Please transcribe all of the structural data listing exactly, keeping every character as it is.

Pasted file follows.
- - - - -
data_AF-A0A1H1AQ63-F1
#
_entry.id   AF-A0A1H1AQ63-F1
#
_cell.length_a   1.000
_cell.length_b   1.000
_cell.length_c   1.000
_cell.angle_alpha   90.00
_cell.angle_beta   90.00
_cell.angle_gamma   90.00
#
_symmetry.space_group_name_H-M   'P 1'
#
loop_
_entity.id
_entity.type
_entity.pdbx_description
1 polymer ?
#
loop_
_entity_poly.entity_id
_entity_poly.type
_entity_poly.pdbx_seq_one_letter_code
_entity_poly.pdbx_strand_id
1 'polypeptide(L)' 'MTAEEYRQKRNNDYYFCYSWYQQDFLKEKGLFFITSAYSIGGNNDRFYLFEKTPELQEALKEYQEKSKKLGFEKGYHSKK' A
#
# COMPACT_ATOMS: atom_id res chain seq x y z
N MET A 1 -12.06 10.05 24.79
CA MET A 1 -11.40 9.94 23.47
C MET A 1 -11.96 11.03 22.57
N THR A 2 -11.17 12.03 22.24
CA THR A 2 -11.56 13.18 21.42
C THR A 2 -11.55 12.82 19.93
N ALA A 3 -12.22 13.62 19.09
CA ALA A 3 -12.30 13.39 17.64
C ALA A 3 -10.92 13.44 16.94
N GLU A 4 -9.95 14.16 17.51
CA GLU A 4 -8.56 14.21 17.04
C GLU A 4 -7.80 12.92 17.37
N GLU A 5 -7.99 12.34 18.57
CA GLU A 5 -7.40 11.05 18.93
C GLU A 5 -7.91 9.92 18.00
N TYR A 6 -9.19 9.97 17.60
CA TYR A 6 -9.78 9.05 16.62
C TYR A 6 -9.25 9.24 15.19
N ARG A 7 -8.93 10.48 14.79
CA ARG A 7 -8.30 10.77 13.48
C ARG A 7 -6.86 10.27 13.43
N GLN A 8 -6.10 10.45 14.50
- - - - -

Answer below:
data_AF-A0A1H1AQ63-F1
#
_entry.id   AF-A0A1H1AQ63-F1
#
_cell.length_a   1.000
_cell.length_b   1.000
_cell.length_c   1.000
_cell.angle_alpha   90.00
_cell.angle_beta   90.00
_cell.angle_gamma   90.00
#
_symmetry.space_group_name_H-M   'P 1'
#
loop_
_entity.id
_entity.type
_entity.pdbx_description
1 polymer ?
#
loop_
_entity_poly.entity_id
_entity_poly.type
_entity_poly.pdbx_seq_one_letter_code
_entity_poly.pdbx_strand_id
1 'polypeptide(L)' 'MTAEEYRQKRNNDYYFCYSWYQQDFLKEKGLFFITSAYSIGGNNDRFYLFEKTPELQEALKEYQEKSKKLGFEKGYHSKK' A
#
# COMPACT_ATOMS: atom_id res chain seq x y z
N MET A 1 -12.06 10.05 24.79
CA MET A 1 -11.40 9.94 23.47
C MET A 1 -11.96 11.03 22.57
N THR A 2 -11.17 12.03 22.24
CA THR A 2 -11.56 13.18 21.42
C THR A 2 -11.55 12.82 19.93
N ALA A 3 -12.22 13.62 19.09
CA ALA A 3 -12.30 13.39 17.64
C ALA A 3 -10.92 13.44 16.94
N GLU A 4 -9.95 14.16 17.51
CA GLU A 4 -8.56 14.21 17.04
C GLU A 4 -7.80 12.92 17.37
N GLU A 5 -7.99 12.34 18.57
CA GLU A 5 -7.40 11.05 18.93
C GLU A 5 -7.91 9.92 18.00
N TYR A 6 -9.19 9.97 17.60
CA TYR A 6 -9.78 9.05 16.62
C TYR A 6 -9.25 9.24 15.19
N ARG A 7 -8.93 10.48 14.79
CA ARG A 7 -8.30 10.77 13.48
C ARG A 7 -6.86 10.27 13.43
N GLN A 8 -6.10 10.45 14.50